Ransomware operators are now also engaged in DDoS attacks

Ransomware operators DDoS attacks
Written by Emma Davis

Bleeping Computer journalists say that MalwareHunterTeam specialists shared with them an interesting observation: ransomware operators adopted new tactics and started DDoS attacks.

So, if the victim company refuses to negotiate and pay the ransom, the attackers arrange a DDoS attack on its website and continue until the company returns to the negotiations. A distributed denial of service (DDoS) attack is when a threat actor floods a website or a network with a large number of requests to make a service inaccessible.

The Bleeping Computer magazine became aware of at least one such case: negotiations reached an impasse, after which the operators of the SunCrypt ransomware staged a DDoS attack on the website of an unnamed company.

When representatives of the victim company visited the hackers’ site on the darknet, through which it was necessary to pay the ransom, there they found a message that the DDoS attack would continue until negotiations resumed.

When company representatives asked the hackers why they attacked its website, the ransomware operators replied that it was necessary to resume negotiations.

We were in the process of negotiations, but you did not appear, so we took certain actionswrote the hackers.

When communication between the attackers and the victims was re-established, the DDoS attack was indeed terminated. According to MalwareHunterTeam, this tactic ultimately forced the company to pay the hackers a ransom.

This tactic was particularly effective against this victim as they were a smaller organization that was already greatly affected by the ransomware attack. By combining data theft, the threat of a data breach, lack of access to encrypted files, and now a DDoS attack, a smaller victim could have their operation completely shut downwrite Bleeping Computer journalists.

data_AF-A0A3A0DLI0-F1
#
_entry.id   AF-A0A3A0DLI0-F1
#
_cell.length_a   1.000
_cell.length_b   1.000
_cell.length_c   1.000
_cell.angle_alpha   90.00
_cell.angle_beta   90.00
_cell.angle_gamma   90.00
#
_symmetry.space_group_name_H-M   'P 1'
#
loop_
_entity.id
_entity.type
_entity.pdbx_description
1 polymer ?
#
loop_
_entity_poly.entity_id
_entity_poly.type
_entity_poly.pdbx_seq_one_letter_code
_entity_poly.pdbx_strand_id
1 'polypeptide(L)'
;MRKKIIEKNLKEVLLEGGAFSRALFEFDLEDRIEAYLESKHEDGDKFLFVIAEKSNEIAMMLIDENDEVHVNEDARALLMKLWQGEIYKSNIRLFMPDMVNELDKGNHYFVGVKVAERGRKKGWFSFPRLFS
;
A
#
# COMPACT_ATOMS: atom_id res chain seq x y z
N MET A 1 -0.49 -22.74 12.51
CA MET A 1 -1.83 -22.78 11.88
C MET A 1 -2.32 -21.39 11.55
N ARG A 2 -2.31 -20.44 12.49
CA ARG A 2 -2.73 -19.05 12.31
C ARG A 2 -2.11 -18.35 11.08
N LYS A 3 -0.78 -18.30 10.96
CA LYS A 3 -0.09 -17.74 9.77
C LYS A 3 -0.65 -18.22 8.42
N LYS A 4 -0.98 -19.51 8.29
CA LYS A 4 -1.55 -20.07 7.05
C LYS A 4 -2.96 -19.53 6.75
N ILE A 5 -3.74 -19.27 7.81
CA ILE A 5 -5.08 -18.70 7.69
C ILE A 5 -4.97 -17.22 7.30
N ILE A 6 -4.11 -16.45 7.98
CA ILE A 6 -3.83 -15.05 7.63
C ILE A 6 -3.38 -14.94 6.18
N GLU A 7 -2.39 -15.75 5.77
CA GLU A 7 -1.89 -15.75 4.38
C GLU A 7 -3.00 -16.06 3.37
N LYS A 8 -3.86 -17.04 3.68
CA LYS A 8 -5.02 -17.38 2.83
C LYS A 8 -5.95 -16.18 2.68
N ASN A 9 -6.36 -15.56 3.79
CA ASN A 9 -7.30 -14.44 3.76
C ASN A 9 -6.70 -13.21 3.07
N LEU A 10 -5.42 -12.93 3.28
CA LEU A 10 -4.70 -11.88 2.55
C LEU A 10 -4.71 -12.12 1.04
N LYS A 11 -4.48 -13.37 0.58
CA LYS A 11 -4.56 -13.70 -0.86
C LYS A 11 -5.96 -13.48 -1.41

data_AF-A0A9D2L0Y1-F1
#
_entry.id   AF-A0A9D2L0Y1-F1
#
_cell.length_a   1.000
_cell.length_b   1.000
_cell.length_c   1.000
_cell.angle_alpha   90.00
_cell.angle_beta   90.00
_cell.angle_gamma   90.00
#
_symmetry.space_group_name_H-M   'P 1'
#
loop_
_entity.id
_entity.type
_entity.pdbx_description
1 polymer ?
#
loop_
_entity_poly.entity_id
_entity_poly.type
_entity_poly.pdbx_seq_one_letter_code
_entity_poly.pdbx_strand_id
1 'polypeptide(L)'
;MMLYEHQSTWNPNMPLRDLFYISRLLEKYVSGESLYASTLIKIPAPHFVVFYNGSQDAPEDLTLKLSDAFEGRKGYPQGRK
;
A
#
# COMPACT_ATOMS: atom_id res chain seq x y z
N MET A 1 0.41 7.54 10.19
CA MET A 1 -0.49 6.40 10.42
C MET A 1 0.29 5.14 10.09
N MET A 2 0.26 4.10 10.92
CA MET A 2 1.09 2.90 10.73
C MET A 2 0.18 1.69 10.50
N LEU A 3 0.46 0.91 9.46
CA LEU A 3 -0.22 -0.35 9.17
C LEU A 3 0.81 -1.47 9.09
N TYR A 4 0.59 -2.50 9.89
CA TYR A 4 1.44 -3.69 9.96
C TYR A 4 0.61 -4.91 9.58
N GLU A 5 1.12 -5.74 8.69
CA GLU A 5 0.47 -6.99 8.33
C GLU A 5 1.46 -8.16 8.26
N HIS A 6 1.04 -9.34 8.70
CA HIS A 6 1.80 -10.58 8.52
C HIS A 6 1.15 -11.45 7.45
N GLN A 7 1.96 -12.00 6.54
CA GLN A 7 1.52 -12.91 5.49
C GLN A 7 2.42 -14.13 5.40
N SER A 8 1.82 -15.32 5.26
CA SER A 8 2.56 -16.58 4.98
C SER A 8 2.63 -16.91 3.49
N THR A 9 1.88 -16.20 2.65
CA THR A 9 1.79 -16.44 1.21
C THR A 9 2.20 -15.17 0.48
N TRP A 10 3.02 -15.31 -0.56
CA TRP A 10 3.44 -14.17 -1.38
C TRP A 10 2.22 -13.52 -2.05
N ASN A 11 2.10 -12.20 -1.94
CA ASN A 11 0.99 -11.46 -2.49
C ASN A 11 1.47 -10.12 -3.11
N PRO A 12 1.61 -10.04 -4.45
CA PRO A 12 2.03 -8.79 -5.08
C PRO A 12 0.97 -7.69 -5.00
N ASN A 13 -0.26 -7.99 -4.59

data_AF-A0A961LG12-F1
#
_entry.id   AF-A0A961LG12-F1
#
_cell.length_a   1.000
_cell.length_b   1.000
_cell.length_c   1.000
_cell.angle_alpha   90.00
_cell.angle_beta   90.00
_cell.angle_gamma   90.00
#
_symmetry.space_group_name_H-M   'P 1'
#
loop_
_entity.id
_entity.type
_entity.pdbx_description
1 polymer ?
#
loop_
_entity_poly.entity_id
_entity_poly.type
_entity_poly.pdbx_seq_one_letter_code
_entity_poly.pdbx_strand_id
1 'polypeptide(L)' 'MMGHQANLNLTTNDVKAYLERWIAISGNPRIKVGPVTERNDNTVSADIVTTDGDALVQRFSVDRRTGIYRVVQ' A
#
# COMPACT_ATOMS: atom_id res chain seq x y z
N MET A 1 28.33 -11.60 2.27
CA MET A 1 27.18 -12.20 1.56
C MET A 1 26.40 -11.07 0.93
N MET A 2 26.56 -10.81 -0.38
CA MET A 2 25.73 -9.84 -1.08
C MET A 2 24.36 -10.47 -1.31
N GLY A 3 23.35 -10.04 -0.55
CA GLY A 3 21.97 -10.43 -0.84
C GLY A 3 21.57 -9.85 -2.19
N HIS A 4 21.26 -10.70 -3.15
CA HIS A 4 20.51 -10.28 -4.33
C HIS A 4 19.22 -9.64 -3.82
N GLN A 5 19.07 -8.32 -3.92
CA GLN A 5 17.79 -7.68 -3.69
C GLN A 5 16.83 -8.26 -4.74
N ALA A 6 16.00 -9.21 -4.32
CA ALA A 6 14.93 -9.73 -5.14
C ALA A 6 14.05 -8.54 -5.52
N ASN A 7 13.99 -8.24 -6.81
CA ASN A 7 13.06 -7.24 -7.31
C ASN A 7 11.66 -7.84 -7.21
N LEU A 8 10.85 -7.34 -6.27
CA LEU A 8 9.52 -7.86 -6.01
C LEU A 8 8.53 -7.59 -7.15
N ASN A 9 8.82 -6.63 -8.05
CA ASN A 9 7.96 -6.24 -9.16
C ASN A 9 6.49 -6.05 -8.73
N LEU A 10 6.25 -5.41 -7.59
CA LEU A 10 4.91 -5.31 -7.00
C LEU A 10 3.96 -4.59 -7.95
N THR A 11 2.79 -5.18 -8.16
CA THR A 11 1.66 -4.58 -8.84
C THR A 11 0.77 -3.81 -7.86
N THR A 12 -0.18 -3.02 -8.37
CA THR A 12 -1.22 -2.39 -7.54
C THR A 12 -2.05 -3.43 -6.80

Considering that currently ransomware operators do not just encrypt company data, but preliminarily steal information, and now frequently use DDoS, small and medium-sized businesses may really have no choice.

In general, big business suffers quite noticeably: recently, the operators of the Maze ransomware published more than 70 GB of data stolen from LG and Xerox and then began to publish data from Canon. But the vendors did not clearly pay the ransom – the structure of a large company, after all, is more resistant to DDOS attacks.

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About the author

Emma Davis

I'm writer and content manager (a short time ago completed a bachelor degree in Marketing from the Gustavus Adolphus College). For now, I have a deep drive to study cyber security.

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